Nepali Times
The Himalayan at 1


When The Himalayan Times was launched in the Kathmandu market exactly a year ago, sceptics predicted it didn't have much of a future. The advertising cake was just too small, they said.

There was reason to be sceptical. Selling 12 pages, half of them in colour, and all that for a newstand price of Rs 2, how could they ever make money? But a year down the line, the newspaper has carved out a niche for itself, if not financially at least in terms of readership and reach. "We are number one among the English language newspapers in town and sell 20,000 copies every day," says Ravin Lama, managing director of International Media Network Pvt Ltd, the publishers. Lama says his paper's first year was "both exciting and frustrating".

"We wanted to go for something completely new, offer a different kind of package, value for money. We wanted to inculcate the business of reading, especially among the youth," Lama told us in the paper's Anamnagar office. "In that sense, we have notched success. But the frustrating part is that our counterparts did not want to face the challenge."

It took time, but the competition did respond. The Kathmandu Post has been at it for ten years and is owned by the very successful Kantipur Publications group. Eight months after The Himalayan Times rolled off the press, the Post added four pages and redesigned its masthead and layout adding new departments and columnists. Although it kept its newstand price at Rs 4.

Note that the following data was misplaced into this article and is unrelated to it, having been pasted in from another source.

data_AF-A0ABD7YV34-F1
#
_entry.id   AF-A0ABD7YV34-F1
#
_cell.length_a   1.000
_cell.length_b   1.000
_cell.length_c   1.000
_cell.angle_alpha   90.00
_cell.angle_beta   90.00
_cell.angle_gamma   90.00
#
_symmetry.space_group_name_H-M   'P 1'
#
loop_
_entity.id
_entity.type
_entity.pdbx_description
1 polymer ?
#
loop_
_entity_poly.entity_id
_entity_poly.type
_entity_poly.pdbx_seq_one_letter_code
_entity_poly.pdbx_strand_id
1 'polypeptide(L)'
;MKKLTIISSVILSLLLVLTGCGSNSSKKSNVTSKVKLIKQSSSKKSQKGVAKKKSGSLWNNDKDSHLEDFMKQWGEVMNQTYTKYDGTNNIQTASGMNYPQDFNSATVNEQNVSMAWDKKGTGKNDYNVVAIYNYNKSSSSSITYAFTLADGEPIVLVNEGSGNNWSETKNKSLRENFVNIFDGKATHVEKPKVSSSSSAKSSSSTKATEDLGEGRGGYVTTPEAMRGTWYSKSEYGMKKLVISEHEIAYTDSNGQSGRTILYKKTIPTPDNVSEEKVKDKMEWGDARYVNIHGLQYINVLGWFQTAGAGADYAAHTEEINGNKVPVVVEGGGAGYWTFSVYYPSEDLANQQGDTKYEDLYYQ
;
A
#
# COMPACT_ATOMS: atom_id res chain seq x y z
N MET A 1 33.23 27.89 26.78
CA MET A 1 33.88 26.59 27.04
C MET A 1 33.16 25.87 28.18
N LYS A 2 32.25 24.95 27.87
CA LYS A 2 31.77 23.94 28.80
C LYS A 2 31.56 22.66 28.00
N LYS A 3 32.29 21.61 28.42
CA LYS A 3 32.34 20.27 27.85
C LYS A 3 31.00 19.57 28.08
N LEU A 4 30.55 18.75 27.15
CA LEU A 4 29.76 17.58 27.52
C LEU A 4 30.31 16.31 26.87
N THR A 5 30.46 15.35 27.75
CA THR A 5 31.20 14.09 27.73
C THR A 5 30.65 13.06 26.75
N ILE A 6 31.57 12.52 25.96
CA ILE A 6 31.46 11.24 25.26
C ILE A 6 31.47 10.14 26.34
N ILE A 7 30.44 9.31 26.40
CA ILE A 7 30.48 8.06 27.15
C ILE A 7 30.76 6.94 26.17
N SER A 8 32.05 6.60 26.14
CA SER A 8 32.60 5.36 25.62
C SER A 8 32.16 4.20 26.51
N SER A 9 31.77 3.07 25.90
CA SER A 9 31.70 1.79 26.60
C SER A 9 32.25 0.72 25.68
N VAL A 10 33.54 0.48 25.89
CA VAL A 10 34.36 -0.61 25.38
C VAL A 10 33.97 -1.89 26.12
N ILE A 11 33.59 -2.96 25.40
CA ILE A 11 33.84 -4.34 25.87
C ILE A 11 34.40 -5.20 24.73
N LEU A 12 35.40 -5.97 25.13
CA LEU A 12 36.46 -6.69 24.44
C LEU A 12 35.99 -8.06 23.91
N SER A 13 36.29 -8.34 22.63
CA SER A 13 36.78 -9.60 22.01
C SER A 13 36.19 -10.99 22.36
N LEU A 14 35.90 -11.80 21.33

The other English dailies in town also responded: Space Time Today hired a new team of editors and reporters. And even the venerable thirty-something Rising Nepal went colour and put on a new get-up.

One debate that has failed to die down is the controversy over The Himalayan Times' Indian connection. Asia Pacific Communications Associate (APCA) Nepal Pvt Ltd is a joint venture between Indian and Nepali investors and owns Lama's International Media Network Nepal Pvt Ltd. Editors and Publishers of rival broadsheets formed an association, Nepal Media Society, to lobby the government to cancel the "back-room entry" of foreign direct investment in media in Nepal because it would "jeopardise the national interest".

But APCA seems to have its legal side pretty much sorted out. Lama insists that the controversy should now be laid to rest as his company has been registered and doing business complying fully with the law of the land. "Our critics saw some sort of hidden agenda in launching of this newspaper. But I must tell them that the only hidden agenda behind this publication has been the six-letter word 'profit," he quipped.

But will running an English newspaper in Nepal ever bring profit? Parsuram Kharel, former editor of The Rising Nepal says: "The market for English language newspapers now is too limited and too crowded. Right now the Kathmandu market may be suitable for a couple of dailies and a couple of weeklies only."

Would mean that a shake down is overdue? Not necessarily, says Lama, who is now planning a new Nepali sister broadsheet. "In fact, it is the Nepali publication from which we could earn bread and butter," he adds.
Yubaraj Ghimire, editor of Kantipur and The Kathmandu Post, agrees that English language media needs time. "Most are subsidising their English publications with other editions," he says. Ghimire claims the Post is still the number one English paper in town, and sees a bright future because English readership in Nepal is growing rapidly in an era of globalisation.

(11 JAN 2013 - 17 JAN 2013)